Dr. Hoh:   It’s extremely important because when an EMS arrives to take care of a patient, they need to recognize that a stroke may be occurring. The reason why this is important is because time is brain. Every minute that treatment for acute stroke is delayed results in a worse outcome for the patient. Essential to that treatment is getting that patient to a center that can provide the appropriate stroke care.

Host: Dr. Hoh, please tell us about the importance of a designated stroke center and stroke care in the quality improvement process. How does a center achieve that designation and tell us about the designation at UF Health Shands Hospital.  

Dr. Hoh:   A stroke center designation is critically important. This is because EMS taking care of that acute stroke patient in the field will need to know where to take that patient for appropriate stroke care. IV alteplase is the first line treatment for acute stroke. So obviously a patient needs to go to a hospital that can provide IV alteplase, but if there's a hospital that’s equally close by or not that much further away that can offer endovascular mechanical thrombectomy then that would be the preferred destination for that patient because then a comprehensive treatment paradigm can be offered for that patient.

There are several certifications and designations for stroke hospitals, but the highest possible designation is a joint commission comprehensive stroke center. UF Health Shands Hospital is a joint commission comprehensive stroke center, which represents the top 2% of hospitals in the country taking care of stroke. In order to qualify as a joint commission comprehensive stroke center we had to demonstrate through rigorous metrics that provide an interdisciplinary treatment approach to stroke patients and qualify by rigorous metrics for door to needle times, door to endovascular times, and outstanding outcomes for our stroke patients.

Host:   Well, I understand that you're one of the authors of the stroke guidelines. How were you chosen to be on the writing group for those guidelines?

Dr. Hoh:   The American Heart Association and American Stroke Association publishes their clinical guidelines for the early management of patients with acute ischemic stroke. They gathered a number of writing authors who were considered experts in the field for acute stroke care.

Host:   That is so interesting. As we learn about those guidelines, do you feel that the development of an organized protocol and stroke team, that that speeds that clinical assessment, the performance of diagnostic studies and decisions for early management? Please explain emergency evaluation and diagnosis of acute ischemic stroke and the latest clinical guidelines.

Dr. Hoh:   Standardized treatment protocols for acute stroke are critical. At certified stroke centers, standardized protocols dictate eligibility for patients to receive IV alteplase, which is the first line treatment for acute stroke. Also, these guidelines can aid providers in choosing the best blood pressure management, blood glucose management, and other parameters for optimizing patients for the best possible outcome after an acute stroke. For large vessel occlusion, which is the severest type of acute stroke, patients might be eligible for mechanical thrombectomy and standardized protocols for getting these patients to endovascular treatment can be critical to their outcome.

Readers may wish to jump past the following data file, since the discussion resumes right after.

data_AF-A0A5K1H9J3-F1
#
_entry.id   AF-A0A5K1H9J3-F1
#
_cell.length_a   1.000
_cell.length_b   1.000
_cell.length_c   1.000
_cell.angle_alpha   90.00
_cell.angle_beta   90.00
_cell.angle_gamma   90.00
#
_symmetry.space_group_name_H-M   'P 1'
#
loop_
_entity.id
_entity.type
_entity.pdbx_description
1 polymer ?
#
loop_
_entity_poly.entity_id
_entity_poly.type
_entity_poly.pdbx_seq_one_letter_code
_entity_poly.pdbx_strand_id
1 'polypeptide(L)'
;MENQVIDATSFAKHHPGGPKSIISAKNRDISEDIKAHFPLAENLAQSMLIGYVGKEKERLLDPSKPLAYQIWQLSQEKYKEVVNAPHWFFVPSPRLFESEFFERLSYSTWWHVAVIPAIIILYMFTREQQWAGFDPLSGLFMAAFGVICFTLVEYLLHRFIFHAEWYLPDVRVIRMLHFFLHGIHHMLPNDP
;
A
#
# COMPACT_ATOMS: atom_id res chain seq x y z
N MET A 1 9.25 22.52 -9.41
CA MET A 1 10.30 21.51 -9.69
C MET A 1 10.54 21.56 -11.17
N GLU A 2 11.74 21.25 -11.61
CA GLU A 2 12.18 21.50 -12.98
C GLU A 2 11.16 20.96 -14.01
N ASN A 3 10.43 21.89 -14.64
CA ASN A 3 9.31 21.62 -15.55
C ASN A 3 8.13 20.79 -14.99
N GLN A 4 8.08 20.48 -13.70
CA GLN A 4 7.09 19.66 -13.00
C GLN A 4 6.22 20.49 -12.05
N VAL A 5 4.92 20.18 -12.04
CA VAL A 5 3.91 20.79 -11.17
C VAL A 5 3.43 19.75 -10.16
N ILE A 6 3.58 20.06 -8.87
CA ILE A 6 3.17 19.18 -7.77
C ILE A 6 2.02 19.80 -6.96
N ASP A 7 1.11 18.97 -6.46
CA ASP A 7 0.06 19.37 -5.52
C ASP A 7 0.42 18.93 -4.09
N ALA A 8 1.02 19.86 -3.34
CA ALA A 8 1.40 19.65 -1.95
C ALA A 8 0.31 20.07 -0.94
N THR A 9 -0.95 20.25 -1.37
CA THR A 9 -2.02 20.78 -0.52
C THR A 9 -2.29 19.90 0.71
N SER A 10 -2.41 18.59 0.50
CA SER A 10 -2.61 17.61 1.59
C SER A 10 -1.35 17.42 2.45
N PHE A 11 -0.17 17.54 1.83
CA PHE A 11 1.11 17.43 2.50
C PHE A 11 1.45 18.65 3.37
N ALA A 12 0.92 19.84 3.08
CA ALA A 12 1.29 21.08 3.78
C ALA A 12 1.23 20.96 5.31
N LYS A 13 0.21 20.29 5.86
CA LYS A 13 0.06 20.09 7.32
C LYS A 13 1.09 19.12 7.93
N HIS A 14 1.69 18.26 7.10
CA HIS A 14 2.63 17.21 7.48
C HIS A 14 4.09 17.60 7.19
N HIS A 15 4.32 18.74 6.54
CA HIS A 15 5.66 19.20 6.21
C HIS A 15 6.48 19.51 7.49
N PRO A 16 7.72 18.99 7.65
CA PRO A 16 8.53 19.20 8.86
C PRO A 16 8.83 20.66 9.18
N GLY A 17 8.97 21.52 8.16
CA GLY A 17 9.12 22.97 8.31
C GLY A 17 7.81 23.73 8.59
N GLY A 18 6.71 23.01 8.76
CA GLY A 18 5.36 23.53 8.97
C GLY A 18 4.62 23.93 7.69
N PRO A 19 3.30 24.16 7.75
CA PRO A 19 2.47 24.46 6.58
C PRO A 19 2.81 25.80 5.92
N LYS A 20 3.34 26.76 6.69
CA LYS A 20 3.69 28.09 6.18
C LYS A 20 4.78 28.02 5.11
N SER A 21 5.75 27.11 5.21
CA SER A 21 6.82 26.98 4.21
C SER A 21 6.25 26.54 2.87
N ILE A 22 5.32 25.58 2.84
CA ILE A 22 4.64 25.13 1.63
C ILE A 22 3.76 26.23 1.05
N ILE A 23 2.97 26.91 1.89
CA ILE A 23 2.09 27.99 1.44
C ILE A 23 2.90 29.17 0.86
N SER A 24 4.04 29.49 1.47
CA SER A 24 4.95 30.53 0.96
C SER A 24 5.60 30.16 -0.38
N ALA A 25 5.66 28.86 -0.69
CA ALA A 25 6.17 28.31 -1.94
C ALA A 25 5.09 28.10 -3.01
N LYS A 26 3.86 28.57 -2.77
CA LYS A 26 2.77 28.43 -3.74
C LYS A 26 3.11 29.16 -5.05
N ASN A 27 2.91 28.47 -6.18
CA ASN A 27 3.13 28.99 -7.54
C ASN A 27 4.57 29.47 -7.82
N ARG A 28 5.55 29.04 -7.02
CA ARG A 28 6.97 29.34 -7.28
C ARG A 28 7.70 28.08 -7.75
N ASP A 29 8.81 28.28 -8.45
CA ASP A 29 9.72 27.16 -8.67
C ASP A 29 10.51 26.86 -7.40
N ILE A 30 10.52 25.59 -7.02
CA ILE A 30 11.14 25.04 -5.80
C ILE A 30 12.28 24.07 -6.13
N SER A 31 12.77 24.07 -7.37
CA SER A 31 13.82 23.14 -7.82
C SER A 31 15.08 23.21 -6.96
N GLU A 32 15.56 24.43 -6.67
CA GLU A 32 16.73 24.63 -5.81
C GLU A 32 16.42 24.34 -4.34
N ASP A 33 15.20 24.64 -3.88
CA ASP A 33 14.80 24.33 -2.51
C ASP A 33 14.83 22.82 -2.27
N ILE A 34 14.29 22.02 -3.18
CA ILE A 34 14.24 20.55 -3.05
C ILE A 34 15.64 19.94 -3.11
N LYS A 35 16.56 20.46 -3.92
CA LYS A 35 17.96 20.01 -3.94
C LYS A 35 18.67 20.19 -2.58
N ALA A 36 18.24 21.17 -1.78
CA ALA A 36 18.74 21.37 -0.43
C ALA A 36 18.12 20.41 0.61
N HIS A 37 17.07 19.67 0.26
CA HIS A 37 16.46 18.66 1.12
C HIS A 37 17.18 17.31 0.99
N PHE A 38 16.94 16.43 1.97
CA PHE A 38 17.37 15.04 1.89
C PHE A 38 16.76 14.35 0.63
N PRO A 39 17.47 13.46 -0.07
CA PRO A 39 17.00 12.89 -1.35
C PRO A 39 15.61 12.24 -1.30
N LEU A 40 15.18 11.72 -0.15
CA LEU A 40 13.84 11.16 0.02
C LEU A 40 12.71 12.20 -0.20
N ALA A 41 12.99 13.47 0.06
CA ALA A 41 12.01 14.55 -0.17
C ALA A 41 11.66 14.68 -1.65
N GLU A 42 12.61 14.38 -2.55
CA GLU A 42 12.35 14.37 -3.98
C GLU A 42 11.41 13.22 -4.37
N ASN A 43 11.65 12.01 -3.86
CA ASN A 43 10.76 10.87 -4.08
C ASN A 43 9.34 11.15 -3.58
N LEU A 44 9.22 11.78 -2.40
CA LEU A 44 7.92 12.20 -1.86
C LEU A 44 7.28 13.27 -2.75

Host:   So Dr. Hoh before we get into mechanical thrombectomy and even tPA use, once in the emergency department what imaging should an acute ischemic stroke patient have? What tests should be performed? Please speak about some of the imaging and what’s new and exciting in the area.

Dr. Hoh:   Once the diagnosis of acute ischemic stroke versus hemorrhagic stroke has been established by the non-contrast head CT scan, if the patient is eligible for IV alteplase, he or she should receive that. Then it will be essential to determine whether the patient has a large vessel occlusion. That can be determined by imaging called CT angiogram or MR angiogram, which shows the blood vessels of the brain and can aid in the diagnosis of a large vessel occlusion. This is important because large vessel occlusion can be treated by endovascular treatment called mechanical thrombectomy.

Host:    Then tell us about the use of tPA and the implications for rapid response treatment. Tell us about the time window for its use and some concerns with using it and managing these patients.

Dr. Hoh:   Patients with acute ischemic stroke who are eligible should definitely receive IV alteplase if they present within three hours of ischemic stroke symptom onset. That’s a level 1A recommendation in the AHA/ASA guidelines, but it’s also recommended that patients within three to four and a half hours of ischemic stroke also be candidates eligible for IV alteplase. That’s supported by a number of European clinical trials that showed it’s benefits in these patients. That’s a level 1B-R recommendation in the current AHA/ASA guidelines.